Some agents have also reported increased interest from interstate buyers - particularly from Sydney - looking at properties via video walkthroughs and making offers without the benefit of a personal inspection. Many probably see Queensland as carrying less risk given how high prices are in the New South Wales capital.
Moving onto prestige property. Prestige price points in sought after inner-city locations have been more resilient and less impacted at this point in time. While any percentage drop in value over the long-term would translate into a substantial dollar impact, Brisbane’s prestige property is reasonably affordable in national terms. This property type usually involves good fundamentals that help shore up values in the long term
Onto First homebuyers, and there are some good opportunities at present with accessiblypriced property likely to become more available. This segment suffers during uncertainty. Taking the plunge into home ownership under current conditions might seem too risky for many first timers. In fact, most of the contracts which fell over in the early stages of the pandemic were noticeably first home buyers or investors. For those who have secured their finance and are ready to purchase, some excellent options will come their way.
So what would we buy in the current climate?
Good quality, entry-level stock in prime inner city locations still weather the storm the best.
Steer clear of properties in secondary locations or that are designed purely as investment product. If you are looking at units, larger and better quality apartments in good locations will fare better. Second-hand, large floor area, good quality stock in this market should perform better than new, small, investor style units of generic layout and finish.
Of course, if you can buy a home in a solid, near city location at around the median price point, then this would be the lowest risk option. You will probably be spoiled for choice over the coming months, so be ready to go and see if you can get some solid real estate at an enviable price.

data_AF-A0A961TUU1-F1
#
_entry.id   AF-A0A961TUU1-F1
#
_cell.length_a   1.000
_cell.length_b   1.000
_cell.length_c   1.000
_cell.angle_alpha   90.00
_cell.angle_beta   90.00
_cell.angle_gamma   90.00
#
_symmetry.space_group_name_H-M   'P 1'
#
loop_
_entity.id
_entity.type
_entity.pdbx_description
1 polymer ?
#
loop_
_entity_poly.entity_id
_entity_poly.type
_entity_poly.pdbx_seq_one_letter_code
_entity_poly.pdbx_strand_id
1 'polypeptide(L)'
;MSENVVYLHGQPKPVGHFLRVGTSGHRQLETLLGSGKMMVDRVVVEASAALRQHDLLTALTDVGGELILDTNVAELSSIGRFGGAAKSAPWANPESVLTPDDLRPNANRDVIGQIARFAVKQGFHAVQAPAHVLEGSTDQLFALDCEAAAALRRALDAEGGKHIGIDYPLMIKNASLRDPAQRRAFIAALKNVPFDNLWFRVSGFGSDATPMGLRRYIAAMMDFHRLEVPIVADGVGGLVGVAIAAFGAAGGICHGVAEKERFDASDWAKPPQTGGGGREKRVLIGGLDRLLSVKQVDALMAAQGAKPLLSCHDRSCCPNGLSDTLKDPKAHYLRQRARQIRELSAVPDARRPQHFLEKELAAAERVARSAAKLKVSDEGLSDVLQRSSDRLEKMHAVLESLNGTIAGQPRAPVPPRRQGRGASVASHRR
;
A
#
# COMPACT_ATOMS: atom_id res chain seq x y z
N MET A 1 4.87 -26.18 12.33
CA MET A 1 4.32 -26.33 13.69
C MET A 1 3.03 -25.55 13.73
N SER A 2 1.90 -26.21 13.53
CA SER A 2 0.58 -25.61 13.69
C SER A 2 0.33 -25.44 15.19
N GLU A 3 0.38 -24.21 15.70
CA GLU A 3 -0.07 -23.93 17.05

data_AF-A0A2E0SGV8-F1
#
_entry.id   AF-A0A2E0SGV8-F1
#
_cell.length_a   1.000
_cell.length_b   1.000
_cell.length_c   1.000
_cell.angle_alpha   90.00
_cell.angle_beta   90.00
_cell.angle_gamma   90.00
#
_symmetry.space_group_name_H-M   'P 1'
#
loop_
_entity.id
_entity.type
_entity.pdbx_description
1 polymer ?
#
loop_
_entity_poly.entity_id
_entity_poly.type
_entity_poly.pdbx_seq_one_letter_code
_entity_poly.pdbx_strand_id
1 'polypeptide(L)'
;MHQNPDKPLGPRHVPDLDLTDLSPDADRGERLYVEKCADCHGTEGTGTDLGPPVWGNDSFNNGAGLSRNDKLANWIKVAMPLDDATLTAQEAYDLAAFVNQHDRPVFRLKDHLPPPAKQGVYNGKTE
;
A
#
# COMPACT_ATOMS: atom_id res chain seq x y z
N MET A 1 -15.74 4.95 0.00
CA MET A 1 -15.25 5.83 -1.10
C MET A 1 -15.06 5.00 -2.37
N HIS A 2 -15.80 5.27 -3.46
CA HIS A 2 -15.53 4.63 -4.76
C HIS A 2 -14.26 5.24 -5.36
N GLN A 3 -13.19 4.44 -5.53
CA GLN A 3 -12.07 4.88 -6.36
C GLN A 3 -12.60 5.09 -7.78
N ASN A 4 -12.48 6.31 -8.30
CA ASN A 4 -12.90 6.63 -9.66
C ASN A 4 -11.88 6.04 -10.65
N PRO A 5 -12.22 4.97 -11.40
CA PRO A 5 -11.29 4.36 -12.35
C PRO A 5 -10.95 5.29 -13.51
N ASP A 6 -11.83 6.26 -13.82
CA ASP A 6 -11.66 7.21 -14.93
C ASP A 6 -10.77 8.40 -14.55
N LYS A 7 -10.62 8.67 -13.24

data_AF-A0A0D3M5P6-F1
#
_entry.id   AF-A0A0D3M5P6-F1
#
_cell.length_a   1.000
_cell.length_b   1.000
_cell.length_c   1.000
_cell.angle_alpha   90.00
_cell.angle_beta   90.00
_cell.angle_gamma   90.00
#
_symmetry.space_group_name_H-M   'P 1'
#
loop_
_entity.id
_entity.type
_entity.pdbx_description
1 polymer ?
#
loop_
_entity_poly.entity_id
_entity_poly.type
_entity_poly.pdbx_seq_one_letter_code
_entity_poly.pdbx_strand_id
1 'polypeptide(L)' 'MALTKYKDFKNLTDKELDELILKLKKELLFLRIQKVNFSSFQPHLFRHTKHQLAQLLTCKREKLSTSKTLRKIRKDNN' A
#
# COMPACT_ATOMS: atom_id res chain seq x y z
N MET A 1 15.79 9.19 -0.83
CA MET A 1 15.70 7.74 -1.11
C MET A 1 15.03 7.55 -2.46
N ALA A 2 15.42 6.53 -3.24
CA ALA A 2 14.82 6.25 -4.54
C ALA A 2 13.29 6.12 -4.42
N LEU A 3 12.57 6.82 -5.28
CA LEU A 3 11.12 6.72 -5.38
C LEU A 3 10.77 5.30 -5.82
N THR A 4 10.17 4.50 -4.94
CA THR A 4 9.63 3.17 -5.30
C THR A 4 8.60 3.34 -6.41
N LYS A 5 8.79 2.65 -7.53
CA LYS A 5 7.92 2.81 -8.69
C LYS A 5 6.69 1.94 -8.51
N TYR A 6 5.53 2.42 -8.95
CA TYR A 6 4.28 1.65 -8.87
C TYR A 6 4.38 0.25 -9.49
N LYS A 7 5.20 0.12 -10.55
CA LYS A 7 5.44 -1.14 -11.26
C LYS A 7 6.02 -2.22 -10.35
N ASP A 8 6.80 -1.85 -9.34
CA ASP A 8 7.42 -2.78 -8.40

So in overall terms, we do expect there to be further fallout with tighter listing numbers and less transitions overall in Brisbane. Logic dictates that if the economic fallout – particularly in relation to unemployment - extends for too long, a contraction in values is likely.
However, at this stage, it seems the success of stimulus initiatives, lower interest rates and the overall success in keeping COVID-19 numbers low has bolstered confidence to a reasonable degree.
Before we sign off, here are a few thoughts on the new development market in and around Brisbane.
With respect to new subdivisions and developments, it feels like the effects of the crisis are yet to be fully realised.
Estate sales offices as of two to three weeks ago were reporting a massive drop in traffic, but actual sales volumes hadn’t fallen that much – essentially, serious buyers were still around and the tyre kickers were staying away.
Developers tell us that whilst sales were down, they were continuing to tick over at a reasonable rate. The reduced sales volumes is in response to increased uncertainty over future financial security, so buyers are delaying their purchase decisions. Sale rates had been picking up year to date compared to last year until the Coronavirus hit.
Developers are yet dropping their asking prices as a consequence of reduced demand.
While there isn’t enough definitive data on buyer segments, price points or locations, our opinion is that first home buyers and investors have been more likely to wait and see compared to second and third home buyers when it comes to new estates.
We also note with some interest that demand for development sites is reportedly unchanged. This is reasonable given such decisions are based on project timeframes extending well beyond the anticipated impacts of COVID-19, though this could change quickly if the shutdown drags on or is reintroduced later.
Campaigns that commenced before COVID-19 are still going through with reasonable demand. Agents are saying there are a few more opportunistic buyers out there, thinking they can get a bargain in the current environment, though there are enough serious buyers to keep them out of contention. A number of sellers are reportedly delaying campaigns as they think this is not a good time to sell, though this is not necessarily the case for good quality sites.